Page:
while the true stress becomes much greater than the engineering stress. When l= 4.0 l_{o
}then
e = 3.0 but the true strain =ln 4.0 = 1.39. Thus,
the true strain is less than 1/2 of the engineering strain. The true stress (s_{T}) = s(1+ 3.0) = 4s, or the true stress is 4 times the engineering stress.

__Tensile Test
Nomenclature__

The tensile test data are characterized
by terminology shown in Figure 4-1.

Figure 4-1: Engineering Stress-Strain Curve

The material test curves have a region
where the deformation caused by the stress is elastic, or not permanent. This means when the stress is removed the
specimen returns to its original length. At stresses greater than a certain
value a portion of the strain becomes permanent, or plastic. The stress required to
cause a 0.2% plastic strain, or off-set, is called the yield stress.

Ductility is measured as % elongation,
representing the ability to deform in the plastic range

(6)
_{}

__Equipment__

Tensile Testing Machines: table-supported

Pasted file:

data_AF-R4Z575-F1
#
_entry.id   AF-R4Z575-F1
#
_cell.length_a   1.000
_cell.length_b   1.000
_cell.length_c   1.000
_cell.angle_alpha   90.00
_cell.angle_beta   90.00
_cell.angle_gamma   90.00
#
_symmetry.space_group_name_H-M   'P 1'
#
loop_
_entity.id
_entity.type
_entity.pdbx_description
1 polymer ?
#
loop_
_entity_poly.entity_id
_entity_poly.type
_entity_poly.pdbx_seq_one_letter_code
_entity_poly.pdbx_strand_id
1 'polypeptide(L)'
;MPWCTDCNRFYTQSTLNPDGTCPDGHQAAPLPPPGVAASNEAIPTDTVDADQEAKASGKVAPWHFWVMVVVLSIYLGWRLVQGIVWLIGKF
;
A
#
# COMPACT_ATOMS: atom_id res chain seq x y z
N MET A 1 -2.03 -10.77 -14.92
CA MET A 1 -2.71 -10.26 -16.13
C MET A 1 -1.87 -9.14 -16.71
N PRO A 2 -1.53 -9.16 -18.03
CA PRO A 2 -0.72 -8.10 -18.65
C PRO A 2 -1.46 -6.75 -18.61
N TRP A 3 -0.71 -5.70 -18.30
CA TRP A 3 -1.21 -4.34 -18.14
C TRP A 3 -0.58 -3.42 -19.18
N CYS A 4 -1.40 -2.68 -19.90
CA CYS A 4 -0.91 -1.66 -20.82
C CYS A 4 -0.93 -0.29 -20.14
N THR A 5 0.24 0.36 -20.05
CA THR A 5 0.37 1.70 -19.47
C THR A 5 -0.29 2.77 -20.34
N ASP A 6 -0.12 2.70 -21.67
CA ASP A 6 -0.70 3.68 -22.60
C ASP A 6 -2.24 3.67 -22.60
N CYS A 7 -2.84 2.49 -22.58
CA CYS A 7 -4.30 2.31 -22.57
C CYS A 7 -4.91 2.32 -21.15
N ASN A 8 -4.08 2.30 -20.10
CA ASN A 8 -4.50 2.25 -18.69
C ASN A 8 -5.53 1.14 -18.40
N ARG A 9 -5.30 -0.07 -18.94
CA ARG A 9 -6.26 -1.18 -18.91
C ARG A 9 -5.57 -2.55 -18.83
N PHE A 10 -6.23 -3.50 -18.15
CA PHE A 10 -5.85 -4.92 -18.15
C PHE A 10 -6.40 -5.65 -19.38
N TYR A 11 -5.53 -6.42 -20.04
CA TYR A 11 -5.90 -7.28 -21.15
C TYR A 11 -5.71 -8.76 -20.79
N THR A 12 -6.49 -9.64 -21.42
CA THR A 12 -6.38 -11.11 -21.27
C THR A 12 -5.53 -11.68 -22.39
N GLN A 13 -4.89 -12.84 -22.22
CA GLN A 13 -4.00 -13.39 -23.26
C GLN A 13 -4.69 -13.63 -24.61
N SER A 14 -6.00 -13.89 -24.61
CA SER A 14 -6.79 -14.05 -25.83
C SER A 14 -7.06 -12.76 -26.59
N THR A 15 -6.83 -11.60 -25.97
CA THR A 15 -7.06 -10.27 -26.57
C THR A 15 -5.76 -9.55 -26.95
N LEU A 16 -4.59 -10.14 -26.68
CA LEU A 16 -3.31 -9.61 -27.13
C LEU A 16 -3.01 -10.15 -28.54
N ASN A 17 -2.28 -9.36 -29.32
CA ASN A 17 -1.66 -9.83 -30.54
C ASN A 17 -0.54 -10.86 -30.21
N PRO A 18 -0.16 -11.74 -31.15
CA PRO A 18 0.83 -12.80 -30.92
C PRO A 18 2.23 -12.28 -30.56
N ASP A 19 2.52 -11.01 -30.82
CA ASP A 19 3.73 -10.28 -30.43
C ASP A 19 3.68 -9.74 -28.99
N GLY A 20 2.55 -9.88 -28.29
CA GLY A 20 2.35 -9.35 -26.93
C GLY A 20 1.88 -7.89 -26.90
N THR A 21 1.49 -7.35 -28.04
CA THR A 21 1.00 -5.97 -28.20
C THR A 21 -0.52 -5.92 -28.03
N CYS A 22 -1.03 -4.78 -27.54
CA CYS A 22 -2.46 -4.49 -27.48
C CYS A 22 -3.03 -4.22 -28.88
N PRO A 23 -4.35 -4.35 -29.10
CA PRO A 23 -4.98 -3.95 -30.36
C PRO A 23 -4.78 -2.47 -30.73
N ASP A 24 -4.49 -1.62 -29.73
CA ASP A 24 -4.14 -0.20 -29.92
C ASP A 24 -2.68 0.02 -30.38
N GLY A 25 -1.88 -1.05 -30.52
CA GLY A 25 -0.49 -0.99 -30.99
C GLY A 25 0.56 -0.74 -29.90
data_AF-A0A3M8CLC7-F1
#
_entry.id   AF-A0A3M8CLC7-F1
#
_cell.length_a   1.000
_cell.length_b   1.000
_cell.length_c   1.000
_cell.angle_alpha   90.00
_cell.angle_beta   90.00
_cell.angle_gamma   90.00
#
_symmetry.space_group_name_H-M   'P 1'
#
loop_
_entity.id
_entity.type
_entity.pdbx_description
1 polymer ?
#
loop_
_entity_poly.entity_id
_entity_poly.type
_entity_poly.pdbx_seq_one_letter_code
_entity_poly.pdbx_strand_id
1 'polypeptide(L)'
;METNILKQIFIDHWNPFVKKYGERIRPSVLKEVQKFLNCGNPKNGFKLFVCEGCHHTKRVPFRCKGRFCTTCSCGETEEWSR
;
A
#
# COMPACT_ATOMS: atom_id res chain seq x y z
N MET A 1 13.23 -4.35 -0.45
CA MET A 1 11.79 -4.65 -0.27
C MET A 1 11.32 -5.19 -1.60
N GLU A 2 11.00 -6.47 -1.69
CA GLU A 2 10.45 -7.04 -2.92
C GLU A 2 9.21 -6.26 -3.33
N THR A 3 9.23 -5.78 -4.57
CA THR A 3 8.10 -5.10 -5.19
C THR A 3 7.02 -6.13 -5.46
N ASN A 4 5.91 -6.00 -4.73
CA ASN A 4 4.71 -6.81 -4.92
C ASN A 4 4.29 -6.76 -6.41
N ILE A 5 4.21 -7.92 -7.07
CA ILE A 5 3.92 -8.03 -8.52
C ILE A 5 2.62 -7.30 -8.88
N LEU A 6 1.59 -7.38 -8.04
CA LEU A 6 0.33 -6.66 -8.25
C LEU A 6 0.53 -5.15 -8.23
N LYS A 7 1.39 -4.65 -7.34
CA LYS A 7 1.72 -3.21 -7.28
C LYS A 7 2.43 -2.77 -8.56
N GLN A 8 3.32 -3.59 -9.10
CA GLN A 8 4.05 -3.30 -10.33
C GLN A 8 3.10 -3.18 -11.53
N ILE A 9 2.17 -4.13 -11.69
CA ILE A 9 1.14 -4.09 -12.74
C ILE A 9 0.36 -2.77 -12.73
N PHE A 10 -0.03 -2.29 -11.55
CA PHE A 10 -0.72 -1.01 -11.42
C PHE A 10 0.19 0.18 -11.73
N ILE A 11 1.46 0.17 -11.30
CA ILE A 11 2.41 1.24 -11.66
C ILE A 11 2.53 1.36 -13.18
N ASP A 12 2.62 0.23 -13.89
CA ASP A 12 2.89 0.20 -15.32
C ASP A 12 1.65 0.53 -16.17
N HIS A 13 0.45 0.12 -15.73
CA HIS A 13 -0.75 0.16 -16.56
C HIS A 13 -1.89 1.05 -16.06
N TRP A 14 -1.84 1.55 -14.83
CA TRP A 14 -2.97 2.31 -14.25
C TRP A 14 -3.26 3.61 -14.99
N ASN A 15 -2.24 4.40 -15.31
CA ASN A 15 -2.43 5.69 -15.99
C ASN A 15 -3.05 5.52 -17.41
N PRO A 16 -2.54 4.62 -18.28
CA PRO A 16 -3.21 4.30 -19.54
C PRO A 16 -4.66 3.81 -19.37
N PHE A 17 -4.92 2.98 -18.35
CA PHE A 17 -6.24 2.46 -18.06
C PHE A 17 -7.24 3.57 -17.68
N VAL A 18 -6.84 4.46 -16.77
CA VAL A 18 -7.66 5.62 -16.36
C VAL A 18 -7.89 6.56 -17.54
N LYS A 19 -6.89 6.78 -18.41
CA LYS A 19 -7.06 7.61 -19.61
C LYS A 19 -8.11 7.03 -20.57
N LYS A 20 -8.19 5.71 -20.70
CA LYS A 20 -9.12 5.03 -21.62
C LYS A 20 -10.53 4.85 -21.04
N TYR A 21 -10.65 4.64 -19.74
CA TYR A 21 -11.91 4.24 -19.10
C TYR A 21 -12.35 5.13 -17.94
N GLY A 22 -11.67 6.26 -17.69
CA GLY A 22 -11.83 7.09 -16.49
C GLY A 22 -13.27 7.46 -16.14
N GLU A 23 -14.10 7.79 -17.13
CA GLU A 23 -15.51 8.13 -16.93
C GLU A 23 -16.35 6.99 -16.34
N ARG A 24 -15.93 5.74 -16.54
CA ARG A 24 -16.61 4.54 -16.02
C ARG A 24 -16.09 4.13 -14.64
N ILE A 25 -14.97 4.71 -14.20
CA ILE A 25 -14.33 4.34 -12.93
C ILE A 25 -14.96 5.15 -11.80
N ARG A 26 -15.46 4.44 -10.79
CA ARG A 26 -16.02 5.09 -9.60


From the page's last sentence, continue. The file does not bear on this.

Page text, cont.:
(1000 lb. capacity) and floor-mounted (10,000 lb. capacity)

Dial Calipers

Ruler

__Procedure__

Operating instructions for the various Tensile
Test Machines are contained in Appendices G and H which should be read
thoroughly before operating the machines.

The Instron
machine (1,000lb) contains a chart which moves as a function of time The load is
measured by a load cell and is read across the chart depending on the scale,
0-100 lb, 0-500 lb., etc. The speed of
the chart can be set to run at a fixed speed (inches/minute) or proportional
time (ratio to the extension rate 1:1, 2:1, etc.). The crosshead of the Instron
is set to move at fixed rates either up or down between two limit
switches. The cross-head rate of motion
is controlled by the machines microprocessor (See Appendix G).

The United machine (20,000lb) is
controlled and records the data by means of its computer controller.

You will be provided with one specimen
each of high density and low density polyethylene, steel, and aluminum. The metal samples are tested on the 10,000
lb. machine, while the polyethylene samples are tested on the 1,000 lb.
machine.

Use a strain
rate of 2 inches per minute for the plastomers, and
0.1 inches per minute for the metals.
The chart length represents the sum of the plastic and elastic
deformations.

1. Measure the thickness of the
specimens. Make identifying
marks (1, 2, 3, etc.) on each specimen.

2. The original crosshead distance will be
2.00 to 3.00 inches (gage length). Check
this with a metal ruler, measuring the distance from the top of the lower
clamps to the bottom of the upper ones for the polymers and measuring the